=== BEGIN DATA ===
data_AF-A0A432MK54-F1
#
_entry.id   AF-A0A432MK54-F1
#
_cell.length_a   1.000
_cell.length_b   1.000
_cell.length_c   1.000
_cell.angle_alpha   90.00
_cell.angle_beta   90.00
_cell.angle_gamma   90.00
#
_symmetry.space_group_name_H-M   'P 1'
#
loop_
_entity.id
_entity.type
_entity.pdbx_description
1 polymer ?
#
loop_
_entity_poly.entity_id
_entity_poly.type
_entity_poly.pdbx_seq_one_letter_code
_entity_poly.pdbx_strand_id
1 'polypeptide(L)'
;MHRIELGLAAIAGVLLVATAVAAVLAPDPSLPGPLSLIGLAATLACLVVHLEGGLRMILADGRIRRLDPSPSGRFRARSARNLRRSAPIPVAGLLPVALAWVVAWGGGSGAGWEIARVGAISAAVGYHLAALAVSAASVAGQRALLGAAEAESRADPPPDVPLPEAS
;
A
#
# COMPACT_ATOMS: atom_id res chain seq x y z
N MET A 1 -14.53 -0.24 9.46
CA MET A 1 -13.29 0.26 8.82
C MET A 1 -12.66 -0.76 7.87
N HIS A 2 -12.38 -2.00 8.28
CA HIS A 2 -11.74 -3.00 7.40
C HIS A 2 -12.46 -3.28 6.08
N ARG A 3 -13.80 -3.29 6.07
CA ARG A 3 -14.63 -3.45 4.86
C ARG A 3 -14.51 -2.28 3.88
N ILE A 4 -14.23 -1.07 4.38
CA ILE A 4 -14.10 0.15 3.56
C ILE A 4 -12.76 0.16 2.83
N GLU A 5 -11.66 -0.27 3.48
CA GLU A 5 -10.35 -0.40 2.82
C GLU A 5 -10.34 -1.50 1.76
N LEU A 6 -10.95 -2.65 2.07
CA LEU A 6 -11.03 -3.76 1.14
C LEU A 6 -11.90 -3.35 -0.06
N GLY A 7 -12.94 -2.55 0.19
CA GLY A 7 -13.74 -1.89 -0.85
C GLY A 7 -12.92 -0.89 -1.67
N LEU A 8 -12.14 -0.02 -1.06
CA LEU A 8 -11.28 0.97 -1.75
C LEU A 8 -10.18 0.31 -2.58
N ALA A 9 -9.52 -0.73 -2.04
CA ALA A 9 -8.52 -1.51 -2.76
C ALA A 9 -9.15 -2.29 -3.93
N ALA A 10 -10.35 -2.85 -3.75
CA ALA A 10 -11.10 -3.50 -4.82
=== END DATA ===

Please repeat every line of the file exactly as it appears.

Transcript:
data_AF-A0A432MK54-F1
#
_entry.id   AF-A0A432MK54-F1
#
_cell.length_a   1.000
_cell.length_b   1.000
_cell.length_c   1.000
_cell.angle_alpha   90.00
_cell.angle_beta   90.00
_cell.angle_gamma   90.00
#
_symmetry.space_group_name_H-M   'P 1'
#
loop_
_entity.id
_entity.type
_entity.pdbx_description
1 polymer ?
#
loop_
_entity_poly.entity_id
_entity_poly.type
_entity_poly.pdbx_seq_one_letter_code
_entity_poly.pdbx_strand_id
1 'polypeptide(L)'
;MHRIELGLAAIAGVLLVATAVAAVLAPDPSLPGPLSLIGLAATLACLVVHLEGGLRMILADGRIRRLDPSPSGRFRARSARNLRRSAPIPVAGLLPVALAWVVAWGGGSGAGWEIARVGAISAAVGYHLAALAVSAASVAGQRALLGAAEAESRADPPPDVPLPEAS
;
A
#
# COMPACT_ATOMS: atom_id res chain seq x y z
N MET A 1 -14.53 -0.24 9.46
CA MET A 1 -13.29 0.26 8.82
C MET A 1 -12.66 -0.76 7.87
N HIS A 2 -12.38 -2.00 8.28
CA HIS A 2 -11.74 -3.00 7.40
C HIS A 2 -12.46 -3.28 6.08
N ARG A 3 -13.80 -3.29 6.07
CA ARG A 3 -14.63 -3.45 4.86
C ARG A 3 -14.51 -2.28 3.88
N ILE A 4 -14.23 -1.07 4.38
CA ILE A 4 -14.10 0.15 3.56
C ILE A 4 -12.76 0.16 2.83
N GLU A 5 -11.66 -0.27 3.48
CA GLU A 5 -10.35 -0.40 2.82
C GLU A 5 -10.34 -1.50 1.76
N LEU A 6 -10.95 -2.65 2.07
CA LEU A 6 -11.03 -3.76 1.14
C LEU A 6 -11.90 -3.35 -0.06
N GLY A 7 -12.94 -2.55 0.19
CA GLY A 7 -13.74 -1.89 -0.85
C GLY A 7 -12.92 -0.89 -1.67
N LEU A 8 -12.14 -0.02 -1.06
CA LEU A 8 -11.28 0.97 -1.75
C LEU A 8 -10.18 0.31 -2.58
N ALA A 9 -9.52 -0.73 -2.04
CA ALA A 9 -8.52 -1.51 -2.76
C ALA A 9 -9.15 -2.29 -3.93
N ALA A 10 -10.35 -2.85 -3.75
CA ALA A 10 -11.10 -3.50 -4.82